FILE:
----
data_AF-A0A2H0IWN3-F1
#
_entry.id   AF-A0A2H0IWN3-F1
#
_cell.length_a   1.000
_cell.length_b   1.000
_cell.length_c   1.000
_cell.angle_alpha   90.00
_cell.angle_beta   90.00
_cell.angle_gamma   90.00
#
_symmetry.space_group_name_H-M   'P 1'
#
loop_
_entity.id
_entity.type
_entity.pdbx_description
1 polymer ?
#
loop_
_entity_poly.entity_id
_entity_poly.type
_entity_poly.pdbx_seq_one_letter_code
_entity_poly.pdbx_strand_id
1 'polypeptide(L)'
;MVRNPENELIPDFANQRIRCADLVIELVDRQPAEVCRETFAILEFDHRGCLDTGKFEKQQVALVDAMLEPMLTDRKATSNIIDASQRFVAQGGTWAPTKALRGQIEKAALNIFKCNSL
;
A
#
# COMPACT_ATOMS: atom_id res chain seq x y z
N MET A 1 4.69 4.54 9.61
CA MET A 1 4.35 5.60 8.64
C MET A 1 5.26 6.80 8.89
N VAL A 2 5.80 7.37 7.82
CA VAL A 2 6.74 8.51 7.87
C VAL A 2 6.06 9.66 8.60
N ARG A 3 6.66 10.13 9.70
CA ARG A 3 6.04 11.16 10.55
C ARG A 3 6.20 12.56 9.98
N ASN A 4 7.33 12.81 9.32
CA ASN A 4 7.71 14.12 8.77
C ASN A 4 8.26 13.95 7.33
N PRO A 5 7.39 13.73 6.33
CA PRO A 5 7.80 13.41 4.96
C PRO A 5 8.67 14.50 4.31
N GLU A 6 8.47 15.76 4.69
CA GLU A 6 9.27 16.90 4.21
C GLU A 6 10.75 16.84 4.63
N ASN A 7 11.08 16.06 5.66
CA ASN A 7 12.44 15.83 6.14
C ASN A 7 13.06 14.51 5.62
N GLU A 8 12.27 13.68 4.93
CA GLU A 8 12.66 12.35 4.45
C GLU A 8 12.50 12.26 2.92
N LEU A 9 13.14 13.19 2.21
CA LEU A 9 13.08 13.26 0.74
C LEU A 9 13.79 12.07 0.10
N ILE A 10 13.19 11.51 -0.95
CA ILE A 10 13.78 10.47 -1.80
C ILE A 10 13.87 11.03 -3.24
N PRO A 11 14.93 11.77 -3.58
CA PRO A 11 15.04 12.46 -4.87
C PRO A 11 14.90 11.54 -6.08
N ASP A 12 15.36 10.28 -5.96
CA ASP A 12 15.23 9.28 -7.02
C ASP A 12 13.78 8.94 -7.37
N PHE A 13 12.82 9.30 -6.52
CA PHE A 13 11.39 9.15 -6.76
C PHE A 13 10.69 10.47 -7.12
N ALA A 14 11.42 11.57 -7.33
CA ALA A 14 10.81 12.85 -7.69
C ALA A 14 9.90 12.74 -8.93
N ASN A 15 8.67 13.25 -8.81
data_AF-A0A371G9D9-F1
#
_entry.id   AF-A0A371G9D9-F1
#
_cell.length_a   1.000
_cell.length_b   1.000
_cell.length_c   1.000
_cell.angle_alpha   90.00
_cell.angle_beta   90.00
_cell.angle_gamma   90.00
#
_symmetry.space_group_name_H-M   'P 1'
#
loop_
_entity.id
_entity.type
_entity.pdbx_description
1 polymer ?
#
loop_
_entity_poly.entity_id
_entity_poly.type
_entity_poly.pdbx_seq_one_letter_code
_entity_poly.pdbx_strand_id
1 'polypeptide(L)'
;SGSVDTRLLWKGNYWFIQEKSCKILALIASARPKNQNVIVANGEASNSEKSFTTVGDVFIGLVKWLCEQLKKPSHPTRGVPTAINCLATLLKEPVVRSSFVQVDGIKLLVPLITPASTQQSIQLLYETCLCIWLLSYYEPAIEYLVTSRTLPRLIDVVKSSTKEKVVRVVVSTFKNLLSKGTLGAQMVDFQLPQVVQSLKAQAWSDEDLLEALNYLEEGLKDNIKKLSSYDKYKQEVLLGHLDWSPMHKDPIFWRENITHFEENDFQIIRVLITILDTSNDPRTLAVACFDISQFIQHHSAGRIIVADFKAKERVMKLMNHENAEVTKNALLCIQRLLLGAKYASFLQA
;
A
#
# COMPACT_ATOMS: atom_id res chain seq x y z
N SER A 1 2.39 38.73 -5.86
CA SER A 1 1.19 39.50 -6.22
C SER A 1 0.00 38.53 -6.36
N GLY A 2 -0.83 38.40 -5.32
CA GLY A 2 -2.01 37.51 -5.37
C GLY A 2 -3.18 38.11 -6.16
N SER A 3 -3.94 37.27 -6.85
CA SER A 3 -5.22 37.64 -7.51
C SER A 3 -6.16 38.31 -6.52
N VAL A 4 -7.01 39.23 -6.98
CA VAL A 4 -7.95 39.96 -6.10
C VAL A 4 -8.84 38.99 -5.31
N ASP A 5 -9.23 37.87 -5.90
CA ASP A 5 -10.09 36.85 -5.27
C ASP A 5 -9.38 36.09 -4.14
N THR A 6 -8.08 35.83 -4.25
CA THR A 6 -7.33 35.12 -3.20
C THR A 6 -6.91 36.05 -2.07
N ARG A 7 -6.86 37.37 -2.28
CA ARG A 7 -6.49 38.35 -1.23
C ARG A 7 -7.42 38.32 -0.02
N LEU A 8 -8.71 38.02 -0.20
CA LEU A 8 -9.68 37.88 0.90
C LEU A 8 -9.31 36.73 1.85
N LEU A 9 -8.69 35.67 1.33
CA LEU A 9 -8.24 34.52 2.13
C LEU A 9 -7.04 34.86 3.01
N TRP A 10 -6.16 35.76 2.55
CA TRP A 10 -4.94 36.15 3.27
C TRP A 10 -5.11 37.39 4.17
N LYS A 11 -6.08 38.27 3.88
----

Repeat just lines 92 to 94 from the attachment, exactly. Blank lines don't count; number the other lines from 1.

#
loop_
_entity_poly.entity_id